Data Suggests Playable Demos Can Halve Game Sales

The chart above, part of a presentation by game designer Jesse Schell at Gamelab today, shows data put together by analytics company EEDAR.

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The slide shows that an average Xbox 360 game with –

  • a trailer but no demo sells 520,000 units
  • a trailer and a demo sells 250,000 units
  • no trailer and a demo sells 200,000 units
  • no trailer and no demo sells 100,000 units

– in a six month period.

As CVG say, though this doesn’t take into account which games are analysed or whether the big AAA games (like Call of Duty) that don’t run with demos (or don’t have them until after release) would make any difference.

On the Xbox 360, Arcade games have to have  a demo. Would a substandard demo put people off? Can a publisher twist what a game is like with an unplayable trailer?

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33 Comments

  1. I guess it might be true to a certain extent, though nowadays I don’t really have time to try most demos, I put my game time in the full game instead.

  2. I’ve found that if a game has a demo I won’t buy it until I’ve at least tried the demo (unless it’s on sale). I have demo’s unplayed on my PS3 for months, if not longer. If there isn’t a demo I’m more likely to impulsively buy it.

    I can see why demo’s can do more harm than good.

    If I do play a demo and it’s good I’m more likely to spend more on the full game.

  3. Absolutely impossible to really qualify this without some sort of scientific process behind the study.

    As is rightly pointed out in the news post, it doesn’t take into account what games are getting demos, reviewing well, traditionally sell incredibly well etc. etc. There are far too many variables to take into account.

    CoD doesn’t get a demo and sells millions and millions of copies each year, whilst FIFA pulls the same trick and does have a demo. Or what about “beta tests” for big games like BF3 or Uncharted 3? Are these counted as demos?

    It’s really impossible to say, as this is a very complicated thing to figure out. As with all marketting tools, a demo can have a positive effect or a negative one. It can raise awareness and really show off a game’s strengths in the run up to launch, or it can put people off with a poorly picked race track or section of a game.

  4. hard to know definitively if a demo hurts or hinders most games.
    with bad games it can definitely hurt them, but is that such a bad thing?

    i know there have been quite a few games i bought on the strength of the demo.

    on the whole though, i think letting people try before they buy is generally a good thing.

    i’m sure we’ve all bought at least one game that was truly awful and felt like such a waste of money a bikini wax would have been a better, and likely more pleasurable, purchase.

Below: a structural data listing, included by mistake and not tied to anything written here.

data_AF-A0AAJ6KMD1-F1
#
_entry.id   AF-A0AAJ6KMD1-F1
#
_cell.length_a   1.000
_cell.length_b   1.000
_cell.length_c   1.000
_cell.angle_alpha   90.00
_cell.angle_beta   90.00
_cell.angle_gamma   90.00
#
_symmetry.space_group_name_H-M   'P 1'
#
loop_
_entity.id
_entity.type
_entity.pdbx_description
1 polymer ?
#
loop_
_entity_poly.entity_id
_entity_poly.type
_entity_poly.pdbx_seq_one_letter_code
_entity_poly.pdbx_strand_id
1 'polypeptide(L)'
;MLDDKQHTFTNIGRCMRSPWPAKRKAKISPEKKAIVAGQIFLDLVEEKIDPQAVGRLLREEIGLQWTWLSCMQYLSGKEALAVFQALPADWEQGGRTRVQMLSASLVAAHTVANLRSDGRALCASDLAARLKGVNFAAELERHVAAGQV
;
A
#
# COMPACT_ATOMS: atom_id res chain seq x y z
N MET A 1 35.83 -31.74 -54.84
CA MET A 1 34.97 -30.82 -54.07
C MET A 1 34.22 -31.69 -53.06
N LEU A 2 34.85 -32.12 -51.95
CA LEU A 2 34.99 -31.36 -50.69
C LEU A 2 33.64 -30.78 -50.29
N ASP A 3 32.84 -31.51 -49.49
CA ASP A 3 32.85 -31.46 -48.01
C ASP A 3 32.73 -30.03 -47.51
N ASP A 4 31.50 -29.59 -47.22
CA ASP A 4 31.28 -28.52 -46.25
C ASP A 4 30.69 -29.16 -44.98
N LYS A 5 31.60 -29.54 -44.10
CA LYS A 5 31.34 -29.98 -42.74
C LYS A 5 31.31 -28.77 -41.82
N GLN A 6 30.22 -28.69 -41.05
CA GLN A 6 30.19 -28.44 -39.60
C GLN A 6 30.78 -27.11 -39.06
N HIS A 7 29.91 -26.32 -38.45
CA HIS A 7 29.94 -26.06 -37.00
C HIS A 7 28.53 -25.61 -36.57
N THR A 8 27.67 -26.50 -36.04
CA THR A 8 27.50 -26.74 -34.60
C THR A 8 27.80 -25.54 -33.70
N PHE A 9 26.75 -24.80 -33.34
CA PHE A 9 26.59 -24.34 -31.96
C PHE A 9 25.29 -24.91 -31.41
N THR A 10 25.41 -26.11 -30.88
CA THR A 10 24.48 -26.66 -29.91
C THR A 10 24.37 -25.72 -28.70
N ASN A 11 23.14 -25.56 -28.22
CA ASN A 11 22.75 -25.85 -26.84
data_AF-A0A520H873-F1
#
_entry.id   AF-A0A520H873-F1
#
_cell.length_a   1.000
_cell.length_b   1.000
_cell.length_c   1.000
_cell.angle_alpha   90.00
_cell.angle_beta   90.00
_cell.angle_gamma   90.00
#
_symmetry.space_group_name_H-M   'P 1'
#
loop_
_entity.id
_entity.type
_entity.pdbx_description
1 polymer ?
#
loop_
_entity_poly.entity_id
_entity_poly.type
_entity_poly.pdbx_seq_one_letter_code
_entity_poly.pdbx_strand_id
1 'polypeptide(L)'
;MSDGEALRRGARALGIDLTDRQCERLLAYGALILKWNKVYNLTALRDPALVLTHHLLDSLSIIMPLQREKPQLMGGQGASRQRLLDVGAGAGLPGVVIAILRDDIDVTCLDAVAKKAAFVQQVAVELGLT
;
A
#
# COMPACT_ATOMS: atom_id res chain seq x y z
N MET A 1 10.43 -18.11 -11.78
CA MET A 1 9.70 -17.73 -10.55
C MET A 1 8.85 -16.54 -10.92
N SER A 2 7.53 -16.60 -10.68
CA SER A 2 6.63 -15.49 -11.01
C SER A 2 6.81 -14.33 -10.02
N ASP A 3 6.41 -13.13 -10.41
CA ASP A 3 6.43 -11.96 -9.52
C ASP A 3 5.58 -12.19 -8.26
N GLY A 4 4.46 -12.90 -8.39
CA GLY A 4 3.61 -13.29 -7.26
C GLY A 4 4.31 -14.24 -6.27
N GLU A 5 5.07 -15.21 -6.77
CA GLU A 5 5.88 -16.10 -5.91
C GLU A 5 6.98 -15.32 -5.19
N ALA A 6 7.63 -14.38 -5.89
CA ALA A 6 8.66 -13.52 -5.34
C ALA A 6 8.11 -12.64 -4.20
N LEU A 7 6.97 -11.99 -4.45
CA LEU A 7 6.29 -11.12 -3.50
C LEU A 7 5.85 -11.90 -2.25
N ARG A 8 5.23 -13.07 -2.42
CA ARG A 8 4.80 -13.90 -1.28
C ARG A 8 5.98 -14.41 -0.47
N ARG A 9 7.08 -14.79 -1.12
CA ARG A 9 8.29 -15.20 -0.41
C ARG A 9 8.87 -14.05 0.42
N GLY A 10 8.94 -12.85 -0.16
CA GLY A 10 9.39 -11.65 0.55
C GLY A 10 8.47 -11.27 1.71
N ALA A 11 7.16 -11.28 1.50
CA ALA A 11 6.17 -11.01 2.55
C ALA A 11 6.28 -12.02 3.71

• make that less painful, not more pleasurable.

  5. If all trailers were actually gameplay footage, demos wouldn’t be needed at all (imo.) Always bewilders me, why we see (spoiler) cinematics in trailers.

  6. Very interesting data. I’ve been wondering why there have been so few demos of retail games lately compared to the early PSN days, this story says it all. I guess a few cleverly edited clips can get our imaginations fired up without sating the desire to try the game, so we then shell out on the promise of the experience rather than the taste of the experience that the demo provides. I suppose we needed demos last generation because streaming video was still in its infancy, now it’s commonplace and totally free.

  7. Make the game better and then people would buy the full version if the demo didn’t suck.

  8. This is interesting and somewhat topical, for me at least! I’ve recently found the TSA podcast so am slowly working my way through the episodes. I’ve just listened to the one where one of the guys (sorry! I’m useless with names) had played The Last of Us demo and was completely non plused by it. He went on to explain that it was because he lacked the context and story behind the sections it contained. I think that’s the problem and some games (annoying, the ones you probably want to try before you buy!) just aren’t suited to demos

  9. If you release a demo and your game is crap then you deserve poor sales, games without demos are usually big enough (established fan base, large budgets) to be in a position where they dont have to worry about releasing a demo , like GTA / CoD. For the prices todays AAA games cost i think a demo is essential

    I would probably never have played the MGS series had I not got a demo with my PS1 game (cant remember what it was now, maybe ISS Pro or Bishi Bashi)…

  10. Maybe it says something about the quality of demos and that more effort is needed in producing a good one.

    I had no interest in buying SSX, I was waiting for ME3 to come out. I tried the demo and bought it day one. Produce a good demo and you will grab people.

    • I think SSX is that particular type of game where you know you’re getting more of the same, like Madden and Fifa games, so the demo worked beautifully to get you hooked. Plus it had that The Naked And Famous track, that got me fucking hooked, they’re in the UK this winter by the way!

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